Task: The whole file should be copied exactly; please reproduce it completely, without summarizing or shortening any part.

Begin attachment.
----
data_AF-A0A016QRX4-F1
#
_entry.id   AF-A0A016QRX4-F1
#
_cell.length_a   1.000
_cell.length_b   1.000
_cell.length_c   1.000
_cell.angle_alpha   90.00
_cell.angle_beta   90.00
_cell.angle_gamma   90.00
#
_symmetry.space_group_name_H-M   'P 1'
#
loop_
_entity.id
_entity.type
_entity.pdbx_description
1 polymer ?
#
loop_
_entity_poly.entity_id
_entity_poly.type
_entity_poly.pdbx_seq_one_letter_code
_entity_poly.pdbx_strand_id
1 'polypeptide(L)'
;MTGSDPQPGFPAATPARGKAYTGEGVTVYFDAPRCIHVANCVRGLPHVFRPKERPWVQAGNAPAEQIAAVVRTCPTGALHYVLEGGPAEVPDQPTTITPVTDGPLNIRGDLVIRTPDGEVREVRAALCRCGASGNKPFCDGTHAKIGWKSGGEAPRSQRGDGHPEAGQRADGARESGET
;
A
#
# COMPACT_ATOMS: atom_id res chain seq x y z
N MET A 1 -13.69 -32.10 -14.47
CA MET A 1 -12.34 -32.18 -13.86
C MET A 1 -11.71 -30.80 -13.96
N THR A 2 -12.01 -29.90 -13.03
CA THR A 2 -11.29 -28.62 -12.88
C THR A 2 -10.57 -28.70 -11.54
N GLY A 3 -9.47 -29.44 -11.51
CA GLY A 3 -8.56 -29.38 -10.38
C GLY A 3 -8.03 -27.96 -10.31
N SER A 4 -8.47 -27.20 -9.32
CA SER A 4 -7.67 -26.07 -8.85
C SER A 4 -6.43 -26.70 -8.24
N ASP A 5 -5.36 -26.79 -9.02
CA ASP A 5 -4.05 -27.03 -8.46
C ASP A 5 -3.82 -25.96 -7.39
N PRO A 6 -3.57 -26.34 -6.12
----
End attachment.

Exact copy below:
data_AF-A0A016QRX4-F1
#
_entry.id   AF-A0A016QRX4-F1
#
_cell.length_a   1.000
_cell.length_b   1.000
_cell.length_c   1.000
_cell.angle_alpha   90.00
_cell.angle_beta   90.00
_cell.angle_gamma   90.00
#
_symmetry.space_group_name_H-M   'P 1'
#
loop_
_entity.id
_entity.type
_entity.pdbx_description
1 polymer ?
#
loop_
_entity_poly.entity_id
_entity_poly.type
_entity_poly.pdbx_seq_one_letter_code
_entity_poly.pdbx_strand_id
1 'polypeptide(L)'
;MTGSDPQPGFPAATPARGKAYTGEGVTVYFDAPRCIHVANCVRGLPHVFRPKERPWVQAGNAPAEQIAAVVRTCPTGALHYVLEGGPAEVPDQPTTITPVTDGPLNIRGDLVIRTPDGEVREVRAALCRCGASGNKPFCDGTHAKIGWKSGGEAPRSQRGDGHPEAGQRADGARESGET
;
A
#
# COMPACT_ATOMS: atom_id res chain seq x y z
N MET A 1 -13.69 -32.10 -14.47
CA MET A 1 -12.34 -32.18 -13.86
C MET A 1 -11.71 -30.80 -13.96
N THR A 2 -12.01 -29.90 -13.03
CA THR A 2 -11.29 -28.62 -12.88
C THR A 2 -10.57 -28.70 -11.54
N GLY A 3 -9.47 -29.44 -11.51
CA GLY A 3 -8.56 -29.38 -10.38
C GLY A 3 -8.03 -27.96 -10.31
N SER A 4 -8.47 -27.20 -9.32
CA SER A 4 -7.67 -26.07 -8.85
C SER A 4 -6.43 -26.70 -8.24
N ASP A 5 -5.36 -26.79 -9.02
CA ASP A 5 -4.05 -27.03 -8.46
C ASP A 5 -3.82 -25.96 -7.39
N PRO A 6 -3.57 -26.34 -6.12